In the installation “Kneaded Memory,” the Portuguese visual artist Dalila Gonçalves presents a series of wreckage-shaped forms made of concrete at a variety ofscales. Part of the surfaces of these forms is covered with ceramic tiles (azulejos), which were molded to sit perfectly on the irregular and round surfaces of these forms. The use of tile, concrete and form suggest remains or parcels, and it is through this assemblage that the
artist sought to cross local narrative (the patterns for the tile came from Blankenbergue) and the Portuguese traditional artisanal relation with the making of tile (azulejo). Flanders is historically recognized for the quality of its ceramics and tile work. Since the XVII century, the region had a tremendous influence in Portuguese ceramic work, from which pattern-design and techniques were imported, greatly enriching the tile making process that has become a main feature of numerous Portuguese monuments. In the past century, the ongoing an increasing degradation,destruction and exclusion of the decorative element in architectural use has become readily apparent. Along with the exclusion of traditional decorative elements, the past century has also seen an increase in the usage of concrete and stamped concrete on the façades of most public and private housing buildings. “Kneaded Memory” looks into this particular relation between past and present use of theornamental in order to address notions of time, remembrance and oblivion.
Na instalação Kneaded Memory, a artista portuguesa Dalila Gonçalves dispõe numa Praça de Blankenbergue, objectos que se assemelham a pedras, a destroços de cimento com formas e tamanhos distintos. Partes das superfícies irregulares e arredondadas foram revestidas com azulejos moldados a essas reentrâncias. É nesta conjugação entre a forma, os azulejos e o cimento que se cruzam histórias da cidade Belga (de onde foram retirados os motivos dos azulejos) e da tradição portuguesa da azulejaria. A região da Flandres é conhecida, entre ontras coisas, pela sua faiança e pelo seu azulejo, de resto, foi desta região que no século XVII Portugal importou muitos dos motivos e técnicas de fazer azulejo ainda hoje presentes em muitos edifícios e monumentos Portugueses.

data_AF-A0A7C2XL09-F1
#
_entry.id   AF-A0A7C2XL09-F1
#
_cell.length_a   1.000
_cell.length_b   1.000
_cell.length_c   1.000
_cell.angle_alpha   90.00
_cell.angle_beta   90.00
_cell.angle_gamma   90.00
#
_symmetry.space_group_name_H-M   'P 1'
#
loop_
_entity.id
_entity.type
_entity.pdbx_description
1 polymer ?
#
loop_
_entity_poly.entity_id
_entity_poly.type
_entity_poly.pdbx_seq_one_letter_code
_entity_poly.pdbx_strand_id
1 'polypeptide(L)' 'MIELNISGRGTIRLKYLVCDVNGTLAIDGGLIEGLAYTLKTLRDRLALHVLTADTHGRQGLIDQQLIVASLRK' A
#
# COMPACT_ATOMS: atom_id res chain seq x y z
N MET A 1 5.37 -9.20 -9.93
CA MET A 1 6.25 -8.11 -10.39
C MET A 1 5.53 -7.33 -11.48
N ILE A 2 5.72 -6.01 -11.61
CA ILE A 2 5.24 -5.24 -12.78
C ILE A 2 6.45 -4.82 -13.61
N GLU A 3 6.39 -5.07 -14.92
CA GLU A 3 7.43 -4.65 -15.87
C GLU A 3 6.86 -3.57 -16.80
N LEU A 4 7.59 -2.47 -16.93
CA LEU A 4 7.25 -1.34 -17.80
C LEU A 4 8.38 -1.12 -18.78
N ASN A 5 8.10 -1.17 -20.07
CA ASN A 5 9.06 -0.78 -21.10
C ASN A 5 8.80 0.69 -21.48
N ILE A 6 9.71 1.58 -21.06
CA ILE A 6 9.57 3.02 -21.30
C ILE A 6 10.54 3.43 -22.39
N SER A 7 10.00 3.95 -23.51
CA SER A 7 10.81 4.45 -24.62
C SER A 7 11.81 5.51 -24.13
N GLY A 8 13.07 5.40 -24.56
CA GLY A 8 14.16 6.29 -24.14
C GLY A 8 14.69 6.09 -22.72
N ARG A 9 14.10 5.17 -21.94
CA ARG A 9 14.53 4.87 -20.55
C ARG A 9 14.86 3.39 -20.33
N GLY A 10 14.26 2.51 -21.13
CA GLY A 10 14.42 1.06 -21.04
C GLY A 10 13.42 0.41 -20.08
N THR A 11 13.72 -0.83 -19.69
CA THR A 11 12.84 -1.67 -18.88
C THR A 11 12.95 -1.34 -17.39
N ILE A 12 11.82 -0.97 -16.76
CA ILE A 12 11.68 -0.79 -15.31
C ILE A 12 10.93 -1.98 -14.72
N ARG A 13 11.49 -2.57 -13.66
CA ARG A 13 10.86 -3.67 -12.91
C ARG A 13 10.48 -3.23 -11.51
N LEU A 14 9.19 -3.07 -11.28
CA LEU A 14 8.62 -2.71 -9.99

Num fenómeno comum tem-se assistido nas ultimas décadas à degradação, à destruição e à caída em desuso destes elementos decorativos. O cimento e o betão são cada vez mais as cores das nossas fachadas.
Kneaded Memory é uma reflexão sobre as fronteiras entre o presente e o passado, entre a memória, a recordação e o esquecimento.
Wooden. Rugs. Rolls those two words around in your mind hole for a minute or two. German artist Elisa Strozyk has created three variations of these delightful coverings. Strozyk dyes and connects row upon row of triangular pieces as she pulls together the end result of a colored wooden rug, which is so flexible that you can literally crumple it up and toss it into a corner. (via Design Milk)
Louis Wain’s cats as he progressed into schizophrenia.
Louis Wain could have seriously been a Batman villain. A successful English artist he began to paint exclusively cats after extensively painting his dying wife’s cat. He then made a living on children’s books and illustrations of anthropomorphic cats often parodying everyday life. After about 30 years he began to suffer from schizophrenia, theorized to be precipitated by toxoplasmosis, a parasitic infection that can be contracted from cats. After he became too paranoid and violent for his sisters to care for, he was institutionalized at the relatively pleasant Napsbury Hospital , with a garden and colony of cats. Over the next 15 years, he continued to paint cats in increasingly psychedelic depictions.